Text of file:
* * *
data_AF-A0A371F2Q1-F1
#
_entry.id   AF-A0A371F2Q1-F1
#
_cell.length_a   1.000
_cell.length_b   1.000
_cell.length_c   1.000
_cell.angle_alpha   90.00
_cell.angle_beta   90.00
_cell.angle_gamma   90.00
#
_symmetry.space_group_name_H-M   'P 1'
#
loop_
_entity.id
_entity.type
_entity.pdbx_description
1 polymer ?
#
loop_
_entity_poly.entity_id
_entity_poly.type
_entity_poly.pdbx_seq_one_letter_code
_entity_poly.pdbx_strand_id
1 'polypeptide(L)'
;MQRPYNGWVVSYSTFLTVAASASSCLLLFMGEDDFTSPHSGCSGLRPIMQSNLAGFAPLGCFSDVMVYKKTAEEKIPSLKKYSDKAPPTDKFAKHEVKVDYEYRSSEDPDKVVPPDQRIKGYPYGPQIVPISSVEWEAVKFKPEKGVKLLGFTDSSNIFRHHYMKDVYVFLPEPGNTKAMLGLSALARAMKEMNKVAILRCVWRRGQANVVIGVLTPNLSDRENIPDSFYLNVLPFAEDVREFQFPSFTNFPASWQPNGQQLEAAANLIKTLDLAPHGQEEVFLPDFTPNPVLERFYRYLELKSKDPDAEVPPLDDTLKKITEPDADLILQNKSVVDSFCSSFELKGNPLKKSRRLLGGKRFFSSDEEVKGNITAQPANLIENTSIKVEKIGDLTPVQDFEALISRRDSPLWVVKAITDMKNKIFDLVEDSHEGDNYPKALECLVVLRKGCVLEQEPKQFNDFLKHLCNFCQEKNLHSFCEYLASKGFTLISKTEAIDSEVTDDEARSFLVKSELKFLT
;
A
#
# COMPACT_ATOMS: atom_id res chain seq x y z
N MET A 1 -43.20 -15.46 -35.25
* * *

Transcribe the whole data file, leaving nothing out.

data_AF-A0A371F2Q1-F1
#
_entry.id   AF-A0A371F2Q1-F1
#
_cell.length_a   1.000
_cell.length_b   1.000
_cell.length_c   1.000
_cell.angle_alpha   90.00
_cell.angle_beta   90.00
_cell.angle_gamma   90.00
#
_symmetry.space_group_name_H-M   'P 1'
#
loop_
_entity.id
_entity.type
_entity.pdbx_description
1 polymer ?
#
loop_
_entity_poly.entity_id
_entity_poly.type
_entity_poly.pdbx_seq_one_letter_code
_entity_poly.pdbx_strand_id
1 'polypeptide(L)'
;MQRPYNGWVVSYSTFLTVAASASSCLLLFMGEDDFTSPHSGCSGLRPIMQSNLAGFAPLGCFSDVMVYKKTAEEKIPSLKKYSDKAPPTDKFAKHEVKVDYEYRSSEDPDKVVPPDQRIKGYPYGPQIVPISSVEWEAVKFKPEKGVKLLGFTDSSNIFRHHYMKDVYVFLPEPGNTKAMLGLSALARAMKEMNKVAILRCVWRRGQANVVIGVLTPNLSDRENIPDSFYLNVLPFAEDVREFQFPSFTNFPASWQPNGQQLEAAANLIKTLDLAPHGQEEVFLPDFTPNPVLERFYRYLELKSKDPDAEVPPLDDTLKKITEPDADLILQNKSVVDSFCSSFELKGNPLKKSRRLLGGKRFFSSDEEVKGNITAQPANLIENTSIKVEKIGDLTPVQDFEALISRRDSPLWVVKAITDMKNKIFDLVEDSHEGDNYPKALECLVVLRKGCVLEQEPKQFNDFLKHLCNFCQEKNLHSFCEYLASKGFTLISKTEAIDSEVTDDEARSFLVKSELKFLT
;
A
#
# COMPACT_ATOMS: atom_id res chain seq x y z
N MET A 1 -43.20 -15.46 -35.25